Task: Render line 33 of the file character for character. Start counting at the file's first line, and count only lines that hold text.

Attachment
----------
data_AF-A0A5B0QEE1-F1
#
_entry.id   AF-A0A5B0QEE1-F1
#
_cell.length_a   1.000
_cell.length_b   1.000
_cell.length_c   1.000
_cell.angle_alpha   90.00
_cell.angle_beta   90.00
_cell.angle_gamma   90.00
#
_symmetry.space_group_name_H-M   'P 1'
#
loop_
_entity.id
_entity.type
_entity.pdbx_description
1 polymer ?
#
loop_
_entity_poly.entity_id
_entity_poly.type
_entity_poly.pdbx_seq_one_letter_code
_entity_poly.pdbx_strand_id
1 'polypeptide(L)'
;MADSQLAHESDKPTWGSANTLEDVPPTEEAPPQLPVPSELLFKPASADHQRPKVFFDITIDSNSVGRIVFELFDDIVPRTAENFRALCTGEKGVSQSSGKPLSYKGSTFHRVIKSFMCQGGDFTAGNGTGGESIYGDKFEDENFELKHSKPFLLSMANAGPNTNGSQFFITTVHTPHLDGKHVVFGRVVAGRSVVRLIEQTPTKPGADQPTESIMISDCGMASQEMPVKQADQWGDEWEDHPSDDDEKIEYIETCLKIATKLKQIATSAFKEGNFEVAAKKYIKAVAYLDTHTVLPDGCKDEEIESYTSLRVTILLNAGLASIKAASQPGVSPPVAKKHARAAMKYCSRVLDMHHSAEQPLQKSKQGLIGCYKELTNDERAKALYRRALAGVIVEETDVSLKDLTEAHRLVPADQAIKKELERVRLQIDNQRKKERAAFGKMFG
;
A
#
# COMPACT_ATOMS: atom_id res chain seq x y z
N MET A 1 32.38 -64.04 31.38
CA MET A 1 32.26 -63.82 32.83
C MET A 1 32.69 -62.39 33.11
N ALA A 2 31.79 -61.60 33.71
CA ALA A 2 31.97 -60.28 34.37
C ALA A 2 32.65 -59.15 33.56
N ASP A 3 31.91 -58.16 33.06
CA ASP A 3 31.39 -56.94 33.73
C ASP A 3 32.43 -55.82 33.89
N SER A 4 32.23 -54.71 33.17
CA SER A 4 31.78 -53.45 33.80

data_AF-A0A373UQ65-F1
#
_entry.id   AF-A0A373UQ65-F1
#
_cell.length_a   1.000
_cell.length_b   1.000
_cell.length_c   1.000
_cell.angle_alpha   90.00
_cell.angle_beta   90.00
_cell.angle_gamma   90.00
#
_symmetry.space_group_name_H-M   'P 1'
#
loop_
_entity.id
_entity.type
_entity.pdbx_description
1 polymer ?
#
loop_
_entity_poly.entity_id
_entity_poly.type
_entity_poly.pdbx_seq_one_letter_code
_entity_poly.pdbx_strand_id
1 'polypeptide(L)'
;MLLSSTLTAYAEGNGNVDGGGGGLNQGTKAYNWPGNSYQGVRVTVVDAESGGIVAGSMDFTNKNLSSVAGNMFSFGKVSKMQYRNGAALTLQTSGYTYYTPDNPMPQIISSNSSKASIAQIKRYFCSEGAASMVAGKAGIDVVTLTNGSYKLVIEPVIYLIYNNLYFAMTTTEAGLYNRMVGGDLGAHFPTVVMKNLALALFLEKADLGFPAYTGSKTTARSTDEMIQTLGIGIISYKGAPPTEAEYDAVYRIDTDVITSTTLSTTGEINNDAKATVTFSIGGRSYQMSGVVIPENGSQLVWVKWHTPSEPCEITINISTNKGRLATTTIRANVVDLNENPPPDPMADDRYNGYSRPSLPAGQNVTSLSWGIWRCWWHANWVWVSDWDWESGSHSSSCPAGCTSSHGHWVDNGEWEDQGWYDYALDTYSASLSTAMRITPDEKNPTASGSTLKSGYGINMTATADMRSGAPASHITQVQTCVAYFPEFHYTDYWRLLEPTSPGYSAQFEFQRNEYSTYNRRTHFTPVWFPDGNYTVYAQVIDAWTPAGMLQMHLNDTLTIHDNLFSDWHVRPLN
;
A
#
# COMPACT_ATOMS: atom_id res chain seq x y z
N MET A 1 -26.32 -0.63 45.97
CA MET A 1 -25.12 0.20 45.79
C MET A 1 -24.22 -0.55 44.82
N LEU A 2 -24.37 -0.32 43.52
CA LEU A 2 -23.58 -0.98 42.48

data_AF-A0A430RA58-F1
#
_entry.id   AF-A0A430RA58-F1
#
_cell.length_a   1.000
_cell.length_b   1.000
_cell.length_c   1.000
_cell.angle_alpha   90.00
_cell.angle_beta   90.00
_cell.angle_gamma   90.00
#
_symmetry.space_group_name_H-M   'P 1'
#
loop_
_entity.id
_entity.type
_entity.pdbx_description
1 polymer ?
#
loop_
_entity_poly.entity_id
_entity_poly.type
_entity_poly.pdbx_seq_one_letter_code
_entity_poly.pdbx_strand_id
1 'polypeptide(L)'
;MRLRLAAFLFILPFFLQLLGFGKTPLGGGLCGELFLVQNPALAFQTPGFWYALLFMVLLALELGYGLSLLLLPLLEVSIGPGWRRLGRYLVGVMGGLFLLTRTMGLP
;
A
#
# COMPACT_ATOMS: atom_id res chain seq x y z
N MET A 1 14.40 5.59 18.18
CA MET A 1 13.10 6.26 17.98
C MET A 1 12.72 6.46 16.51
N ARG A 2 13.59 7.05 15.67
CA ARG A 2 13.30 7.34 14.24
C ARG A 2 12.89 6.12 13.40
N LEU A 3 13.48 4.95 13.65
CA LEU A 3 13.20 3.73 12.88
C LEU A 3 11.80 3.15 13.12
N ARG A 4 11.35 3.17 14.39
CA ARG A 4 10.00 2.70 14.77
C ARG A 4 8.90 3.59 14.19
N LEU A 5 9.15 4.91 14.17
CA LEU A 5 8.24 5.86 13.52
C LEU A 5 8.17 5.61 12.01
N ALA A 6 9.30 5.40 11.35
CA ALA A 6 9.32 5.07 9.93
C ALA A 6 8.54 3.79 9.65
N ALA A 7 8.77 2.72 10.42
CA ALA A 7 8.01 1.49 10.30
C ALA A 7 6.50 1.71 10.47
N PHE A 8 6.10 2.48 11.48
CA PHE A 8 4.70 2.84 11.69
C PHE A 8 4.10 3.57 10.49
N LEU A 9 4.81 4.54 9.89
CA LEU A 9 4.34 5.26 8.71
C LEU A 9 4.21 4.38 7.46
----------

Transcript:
C MET A 1 32.69 -62.39 33.11